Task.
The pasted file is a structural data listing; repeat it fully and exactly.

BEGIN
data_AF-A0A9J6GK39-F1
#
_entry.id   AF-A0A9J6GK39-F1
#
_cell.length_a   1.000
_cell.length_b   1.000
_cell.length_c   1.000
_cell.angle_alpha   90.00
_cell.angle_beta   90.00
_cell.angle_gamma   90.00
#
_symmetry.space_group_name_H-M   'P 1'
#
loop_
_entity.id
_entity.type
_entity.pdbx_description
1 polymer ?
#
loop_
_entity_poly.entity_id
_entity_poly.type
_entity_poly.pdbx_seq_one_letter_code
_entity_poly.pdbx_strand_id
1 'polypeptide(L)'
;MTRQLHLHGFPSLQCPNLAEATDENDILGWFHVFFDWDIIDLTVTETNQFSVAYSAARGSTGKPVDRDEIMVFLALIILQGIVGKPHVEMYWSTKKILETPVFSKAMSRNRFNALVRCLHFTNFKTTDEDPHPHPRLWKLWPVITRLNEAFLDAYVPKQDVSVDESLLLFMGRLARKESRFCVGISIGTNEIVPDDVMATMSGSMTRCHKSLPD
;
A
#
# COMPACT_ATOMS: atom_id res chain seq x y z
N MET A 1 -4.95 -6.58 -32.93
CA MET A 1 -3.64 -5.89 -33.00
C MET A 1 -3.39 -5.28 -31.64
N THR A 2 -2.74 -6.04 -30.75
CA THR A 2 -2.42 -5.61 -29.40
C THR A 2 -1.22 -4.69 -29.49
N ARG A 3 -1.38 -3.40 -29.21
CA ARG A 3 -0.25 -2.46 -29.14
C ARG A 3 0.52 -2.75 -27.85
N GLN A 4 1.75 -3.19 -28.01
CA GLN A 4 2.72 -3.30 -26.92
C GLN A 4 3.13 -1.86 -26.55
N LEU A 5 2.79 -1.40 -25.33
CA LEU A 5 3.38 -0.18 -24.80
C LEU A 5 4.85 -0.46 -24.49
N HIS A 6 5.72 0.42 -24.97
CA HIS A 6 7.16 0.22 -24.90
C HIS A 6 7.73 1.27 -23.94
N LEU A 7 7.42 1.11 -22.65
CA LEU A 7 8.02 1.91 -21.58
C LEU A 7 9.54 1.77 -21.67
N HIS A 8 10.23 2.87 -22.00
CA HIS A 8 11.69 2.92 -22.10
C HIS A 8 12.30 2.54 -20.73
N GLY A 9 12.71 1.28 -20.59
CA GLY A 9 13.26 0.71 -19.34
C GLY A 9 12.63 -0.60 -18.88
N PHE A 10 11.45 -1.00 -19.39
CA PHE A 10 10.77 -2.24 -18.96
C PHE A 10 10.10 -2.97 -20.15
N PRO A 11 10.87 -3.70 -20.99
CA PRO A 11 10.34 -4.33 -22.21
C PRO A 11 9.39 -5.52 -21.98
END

data_AF-A0A9J6GK39-F1
#
_entry.id   AF-A0A9J6GK39-F1
#
_cell.length_a   1.000
_cell.length_b   1.000
_cell.length_c   1.000
_cell.angle_alpha   90.00
_cell.angle_beta   90.00
_cell.angle_gamma   90.00
#
_symmetry.space_group_name_H-M   'P 1'
#
loop_
_entity.id
_entity.type
_entity.pdbx_description
1 polymer ?
#
loop_
_entity_poly.entity_id
_entity_poly.type
_entity_poly.pdbx_seq_one_letter_code
_entity_poly.pdbx_strand_id
1 'polypeptide(L)'
;MTRQLHLHGFPSLQCPNLAEATDENDILGWFHVFFDWDIIDLTVTETNQFSVAYSAARGSTGKPVDRDEIMVFLALIILQGIVGKPHVEMYWSTKKILETPVFSKAMSRNRFNALVRCLHFTNFKTTDEDPHPHPRLWKLWPVITRLNEAFLDAYVPKQDVSVDESLLLFMGRLARKESRFCVGISIGTNEIVPDDVMATMSGSMTRCHKSLPD
;
A
#
# COMPACT_ATOMS: atom_id res chain seq x y z
N MET A 1 -4.95 -6.58 -32.93
CA MET A 1 -3.64 -5.89 -33.00
C MET A 1 -3.39 -5.28 -31.64
N THR A 2 -2.74 -6.04 -30.75
CA THR A 2 -2.42 -5.61 -29.40
C THR A 2 -1.22 -4.69 -29.49
N ARG A 3 -1.38 -3.40 -29.21
CA ARG A 3 -0.25 -2.46 -29.14
C ARG A 3 0.52 -2.75 -27.85
N GLN A 4 1.75 -3.19 -28.01
CA GLN A 4 2.72 -3.30 -26.92
C GLN A 4 3.13 -1.86 -26.55
N LEU A 5 2.79 -1.40 -25.33
CA LEU A 5 3.38 -0.18 -24.80
C LEU A 5 4.85 -0.46 -24.49
N HIS A 6 5.72 0.42 -24.97
CA HIS A 6 7.16 0.22 -24.90
C HIS A 6 7.73 1.27 -23.94
N LEU A 7 7.42 1.11 -22.65
CA LEU A 7 8.02 1.91 -21.58
C LEU A 7 9.54 1.77 -21.67
N HIS A 8 10.23 2.87 -22.00
CA HIS A 8 11.69 2.92 -22.10
C HIS A 8 12.30 2.54 -20.73
N GLY A 9 12.71 1.28 -20.59
CA GLY A 9 13.26 0.71 -19.34
C GLY A 9 12.63 -0.60 -18.88
N PHE A 10 11.45 -1.00 -19.39
CA PHE A 10 10.77 -2.24 -18.96
C PHE A 10 10.10 -2.97 -20.15
N PRO A 11 10.87 -3.70 -20.99
CA PRO A 11 10.34 -4.33 -22.21
C PRO A 11 9.39 -5.52 -21.98